UnitedHealth has invested $350 million since 2011 in affordable housing in 14 states. And the nation’s second-largest health insurer, Anthem has committed more than $380 million to affordable housing over the last decade. And other insurers, such as Humana, are investing and partnering in certain communities as part of a “Bold Goal Initiative” that targets a variety of social determinants.
“Physicians are where we always start, but it's also very important to work with non-profits, for-profits, faith-based and other organizations,” Humana chief medical officer Dr. Roy Beveridge said. “In the new world of population health, we need to drive community engagement and better health outcomes through local organizations like the grocery store, the local Y, and a food bank. And, we must define metrics and measure progress in order to demonstrate value back to the community."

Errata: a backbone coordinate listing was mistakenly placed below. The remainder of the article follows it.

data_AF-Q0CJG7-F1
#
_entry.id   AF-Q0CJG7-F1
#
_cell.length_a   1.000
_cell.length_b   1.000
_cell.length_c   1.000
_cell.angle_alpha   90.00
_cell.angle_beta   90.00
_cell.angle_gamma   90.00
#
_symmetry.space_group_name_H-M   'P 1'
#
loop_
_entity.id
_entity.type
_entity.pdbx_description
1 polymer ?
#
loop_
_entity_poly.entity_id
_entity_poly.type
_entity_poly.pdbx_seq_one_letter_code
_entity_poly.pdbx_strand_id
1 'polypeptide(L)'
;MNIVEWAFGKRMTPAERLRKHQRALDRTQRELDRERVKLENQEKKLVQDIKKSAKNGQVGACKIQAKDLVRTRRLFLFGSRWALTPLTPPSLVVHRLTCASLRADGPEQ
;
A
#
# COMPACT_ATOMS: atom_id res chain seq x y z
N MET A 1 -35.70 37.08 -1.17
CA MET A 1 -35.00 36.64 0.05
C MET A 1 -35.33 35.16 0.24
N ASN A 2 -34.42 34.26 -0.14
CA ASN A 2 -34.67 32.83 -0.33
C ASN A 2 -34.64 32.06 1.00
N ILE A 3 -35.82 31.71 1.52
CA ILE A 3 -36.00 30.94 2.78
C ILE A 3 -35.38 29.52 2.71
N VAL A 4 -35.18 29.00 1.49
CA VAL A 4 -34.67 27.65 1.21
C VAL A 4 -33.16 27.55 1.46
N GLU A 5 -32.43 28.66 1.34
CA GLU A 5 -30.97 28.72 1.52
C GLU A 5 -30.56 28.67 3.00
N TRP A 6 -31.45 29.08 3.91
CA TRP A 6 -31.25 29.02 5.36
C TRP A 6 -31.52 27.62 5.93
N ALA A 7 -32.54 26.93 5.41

This sudden interest in the basic needs of so called "frequent flyers" or “super utilizers”– who use an outsize amount of healthcare resources, is in part the result of new efforts toward what is known as "value-based" care.
Insurers are still paying for the traditional doctor’s office visit, hospitalizations and drug coverage, but they want to make sure whatever is needed upfront to avoid something more expensive and unnecessary down the road is taken care of.
“Value-based payment is the foundation for any value-based care,” Dr. Sam Ho, UnitedHealthcare’s former chief medical officer told more than 100 journalists at the annual meeting of the Association of Health Care Journalists annual meeting in April in Phoenix. “If you pay only for volume you are only going to get volume.”